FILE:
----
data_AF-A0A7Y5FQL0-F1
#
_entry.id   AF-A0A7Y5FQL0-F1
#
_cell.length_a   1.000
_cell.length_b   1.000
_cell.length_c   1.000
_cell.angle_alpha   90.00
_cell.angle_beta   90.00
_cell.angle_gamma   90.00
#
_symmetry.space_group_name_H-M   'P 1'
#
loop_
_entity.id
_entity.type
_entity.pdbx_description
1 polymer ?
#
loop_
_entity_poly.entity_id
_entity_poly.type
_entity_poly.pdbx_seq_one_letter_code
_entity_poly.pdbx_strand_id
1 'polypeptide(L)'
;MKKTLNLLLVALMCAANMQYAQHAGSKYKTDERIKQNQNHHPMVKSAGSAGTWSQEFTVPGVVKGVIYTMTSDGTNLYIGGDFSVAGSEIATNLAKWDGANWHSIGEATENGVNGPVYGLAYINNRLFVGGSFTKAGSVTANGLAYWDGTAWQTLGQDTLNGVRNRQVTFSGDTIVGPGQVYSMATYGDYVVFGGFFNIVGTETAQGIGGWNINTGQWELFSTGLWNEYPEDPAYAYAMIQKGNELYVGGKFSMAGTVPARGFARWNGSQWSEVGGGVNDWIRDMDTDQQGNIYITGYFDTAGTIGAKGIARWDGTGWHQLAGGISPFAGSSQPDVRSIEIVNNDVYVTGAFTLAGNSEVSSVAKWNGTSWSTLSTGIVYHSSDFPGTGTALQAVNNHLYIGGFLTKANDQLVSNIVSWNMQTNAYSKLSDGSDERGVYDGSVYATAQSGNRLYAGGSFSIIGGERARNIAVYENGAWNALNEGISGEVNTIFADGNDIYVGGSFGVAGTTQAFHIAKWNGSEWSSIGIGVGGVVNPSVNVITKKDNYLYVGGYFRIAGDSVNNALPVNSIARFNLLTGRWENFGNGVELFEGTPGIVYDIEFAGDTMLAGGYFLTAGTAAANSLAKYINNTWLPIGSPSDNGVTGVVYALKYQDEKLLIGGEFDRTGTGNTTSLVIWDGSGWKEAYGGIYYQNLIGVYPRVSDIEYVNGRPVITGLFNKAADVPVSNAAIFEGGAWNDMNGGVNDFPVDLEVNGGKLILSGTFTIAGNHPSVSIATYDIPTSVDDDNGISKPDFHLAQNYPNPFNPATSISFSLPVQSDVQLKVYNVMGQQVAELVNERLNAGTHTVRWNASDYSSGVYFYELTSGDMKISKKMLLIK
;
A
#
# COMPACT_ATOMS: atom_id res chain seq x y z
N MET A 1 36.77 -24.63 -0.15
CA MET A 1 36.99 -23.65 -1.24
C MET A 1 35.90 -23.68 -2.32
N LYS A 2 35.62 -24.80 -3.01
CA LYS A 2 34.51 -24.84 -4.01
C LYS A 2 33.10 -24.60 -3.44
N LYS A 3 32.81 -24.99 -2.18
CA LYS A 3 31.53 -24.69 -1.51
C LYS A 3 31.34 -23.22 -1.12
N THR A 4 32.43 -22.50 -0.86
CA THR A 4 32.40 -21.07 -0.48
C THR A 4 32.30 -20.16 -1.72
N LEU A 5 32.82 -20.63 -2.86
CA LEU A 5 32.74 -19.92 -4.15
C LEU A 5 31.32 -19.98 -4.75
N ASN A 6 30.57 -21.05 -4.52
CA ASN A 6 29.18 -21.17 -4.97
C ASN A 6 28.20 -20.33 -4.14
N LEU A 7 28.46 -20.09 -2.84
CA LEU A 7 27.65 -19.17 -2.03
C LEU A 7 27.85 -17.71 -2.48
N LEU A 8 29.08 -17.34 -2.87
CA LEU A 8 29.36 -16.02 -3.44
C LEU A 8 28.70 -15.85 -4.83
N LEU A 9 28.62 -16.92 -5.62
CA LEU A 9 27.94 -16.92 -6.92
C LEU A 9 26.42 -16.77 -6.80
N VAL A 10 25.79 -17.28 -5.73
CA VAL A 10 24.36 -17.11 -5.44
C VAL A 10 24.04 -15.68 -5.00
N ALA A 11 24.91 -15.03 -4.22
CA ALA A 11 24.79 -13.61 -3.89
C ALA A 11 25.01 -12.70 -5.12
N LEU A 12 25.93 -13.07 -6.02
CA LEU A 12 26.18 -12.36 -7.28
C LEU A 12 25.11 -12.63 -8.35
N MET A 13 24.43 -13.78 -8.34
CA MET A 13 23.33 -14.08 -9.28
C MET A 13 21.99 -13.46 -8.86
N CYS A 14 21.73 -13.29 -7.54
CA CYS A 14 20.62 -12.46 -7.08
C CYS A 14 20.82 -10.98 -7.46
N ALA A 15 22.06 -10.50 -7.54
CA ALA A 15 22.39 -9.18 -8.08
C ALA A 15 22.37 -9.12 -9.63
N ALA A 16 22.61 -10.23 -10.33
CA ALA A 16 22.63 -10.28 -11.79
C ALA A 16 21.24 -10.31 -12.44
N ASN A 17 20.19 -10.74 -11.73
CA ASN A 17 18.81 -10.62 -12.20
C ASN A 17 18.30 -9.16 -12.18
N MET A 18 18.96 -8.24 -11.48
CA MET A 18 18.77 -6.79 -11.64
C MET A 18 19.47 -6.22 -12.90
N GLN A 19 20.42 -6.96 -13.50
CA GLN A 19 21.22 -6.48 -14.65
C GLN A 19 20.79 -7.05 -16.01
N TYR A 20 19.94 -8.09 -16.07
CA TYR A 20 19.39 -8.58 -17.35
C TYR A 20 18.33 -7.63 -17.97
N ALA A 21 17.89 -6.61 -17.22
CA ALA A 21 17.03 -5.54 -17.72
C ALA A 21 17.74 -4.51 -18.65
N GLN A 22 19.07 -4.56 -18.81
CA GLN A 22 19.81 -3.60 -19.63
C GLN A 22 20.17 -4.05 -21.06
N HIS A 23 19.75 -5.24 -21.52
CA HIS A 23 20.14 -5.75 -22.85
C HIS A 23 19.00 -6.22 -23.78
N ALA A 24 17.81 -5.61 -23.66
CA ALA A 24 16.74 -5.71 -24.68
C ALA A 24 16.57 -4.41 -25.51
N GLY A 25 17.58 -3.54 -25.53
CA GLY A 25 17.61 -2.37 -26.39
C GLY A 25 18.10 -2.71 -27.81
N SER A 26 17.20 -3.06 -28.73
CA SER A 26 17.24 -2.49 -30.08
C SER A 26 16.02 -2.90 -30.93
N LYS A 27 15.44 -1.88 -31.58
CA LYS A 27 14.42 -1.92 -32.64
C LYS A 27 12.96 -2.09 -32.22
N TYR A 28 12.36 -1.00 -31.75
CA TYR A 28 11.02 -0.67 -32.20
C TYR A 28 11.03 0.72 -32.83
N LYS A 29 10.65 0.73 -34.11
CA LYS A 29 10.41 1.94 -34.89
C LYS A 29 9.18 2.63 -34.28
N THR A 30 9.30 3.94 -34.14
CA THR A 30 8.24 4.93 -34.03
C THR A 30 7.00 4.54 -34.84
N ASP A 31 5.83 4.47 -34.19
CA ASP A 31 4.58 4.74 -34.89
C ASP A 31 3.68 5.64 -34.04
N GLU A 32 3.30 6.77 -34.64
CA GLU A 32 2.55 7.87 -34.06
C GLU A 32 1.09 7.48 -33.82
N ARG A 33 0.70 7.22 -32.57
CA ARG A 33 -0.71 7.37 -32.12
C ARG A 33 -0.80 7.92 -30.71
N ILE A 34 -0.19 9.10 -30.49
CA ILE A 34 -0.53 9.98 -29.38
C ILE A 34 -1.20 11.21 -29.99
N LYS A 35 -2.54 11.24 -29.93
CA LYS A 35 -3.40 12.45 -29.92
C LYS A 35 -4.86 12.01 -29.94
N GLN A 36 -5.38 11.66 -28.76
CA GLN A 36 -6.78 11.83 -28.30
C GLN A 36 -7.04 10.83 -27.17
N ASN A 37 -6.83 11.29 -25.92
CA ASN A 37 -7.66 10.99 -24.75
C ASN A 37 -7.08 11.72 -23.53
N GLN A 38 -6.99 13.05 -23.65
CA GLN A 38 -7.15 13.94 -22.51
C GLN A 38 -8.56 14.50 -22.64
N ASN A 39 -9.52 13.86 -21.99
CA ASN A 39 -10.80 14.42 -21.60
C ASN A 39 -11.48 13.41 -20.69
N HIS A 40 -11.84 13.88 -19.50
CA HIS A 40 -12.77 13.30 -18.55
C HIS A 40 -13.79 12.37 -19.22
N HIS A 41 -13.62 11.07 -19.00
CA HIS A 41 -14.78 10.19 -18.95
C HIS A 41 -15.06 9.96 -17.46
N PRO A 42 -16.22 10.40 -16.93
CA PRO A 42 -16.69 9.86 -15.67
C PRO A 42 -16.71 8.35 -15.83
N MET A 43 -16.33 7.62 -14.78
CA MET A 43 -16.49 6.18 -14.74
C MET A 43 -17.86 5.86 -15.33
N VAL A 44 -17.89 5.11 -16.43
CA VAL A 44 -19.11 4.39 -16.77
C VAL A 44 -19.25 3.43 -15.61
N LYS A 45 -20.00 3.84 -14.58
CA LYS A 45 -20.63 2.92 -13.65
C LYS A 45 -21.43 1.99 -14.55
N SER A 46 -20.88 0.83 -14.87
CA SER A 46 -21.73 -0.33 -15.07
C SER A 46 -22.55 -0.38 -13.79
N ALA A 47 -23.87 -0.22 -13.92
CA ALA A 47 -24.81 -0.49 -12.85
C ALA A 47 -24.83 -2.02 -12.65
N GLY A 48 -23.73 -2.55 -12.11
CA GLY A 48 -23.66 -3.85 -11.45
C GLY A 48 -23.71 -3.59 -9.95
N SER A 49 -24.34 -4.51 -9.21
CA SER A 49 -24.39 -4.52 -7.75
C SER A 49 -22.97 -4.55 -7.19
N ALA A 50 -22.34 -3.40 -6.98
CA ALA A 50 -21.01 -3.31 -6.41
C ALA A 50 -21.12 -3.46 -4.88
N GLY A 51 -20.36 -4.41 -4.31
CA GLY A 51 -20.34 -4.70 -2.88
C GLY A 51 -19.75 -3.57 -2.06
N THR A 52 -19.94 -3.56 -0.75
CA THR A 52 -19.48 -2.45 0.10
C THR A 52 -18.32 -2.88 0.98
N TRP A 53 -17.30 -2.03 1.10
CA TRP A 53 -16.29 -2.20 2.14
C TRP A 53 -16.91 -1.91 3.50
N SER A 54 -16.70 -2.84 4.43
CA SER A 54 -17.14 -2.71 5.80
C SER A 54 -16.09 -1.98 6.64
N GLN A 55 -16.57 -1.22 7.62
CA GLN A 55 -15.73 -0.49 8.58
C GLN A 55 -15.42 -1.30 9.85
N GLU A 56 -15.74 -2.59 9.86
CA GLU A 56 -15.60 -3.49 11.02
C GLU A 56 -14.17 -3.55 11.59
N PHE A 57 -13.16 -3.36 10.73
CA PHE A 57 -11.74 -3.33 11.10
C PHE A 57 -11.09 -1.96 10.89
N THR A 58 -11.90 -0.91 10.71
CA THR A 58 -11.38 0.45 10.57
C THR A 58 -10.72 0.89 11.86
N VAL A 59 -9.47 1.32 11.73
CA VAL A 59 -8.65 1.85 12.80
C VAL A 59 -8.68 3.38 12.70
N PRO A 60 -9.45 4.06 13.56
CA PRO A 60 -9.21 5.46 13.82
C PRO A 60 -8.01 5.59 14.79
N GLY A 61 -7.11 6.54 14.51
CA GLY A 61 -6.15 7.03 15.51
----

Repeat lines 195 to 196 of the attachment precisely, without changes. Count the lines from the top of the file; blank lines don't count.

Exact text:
C GLN A 55 -15.42 -1.30 9.85
N GLU A 56 -15.74 -2.59 9.86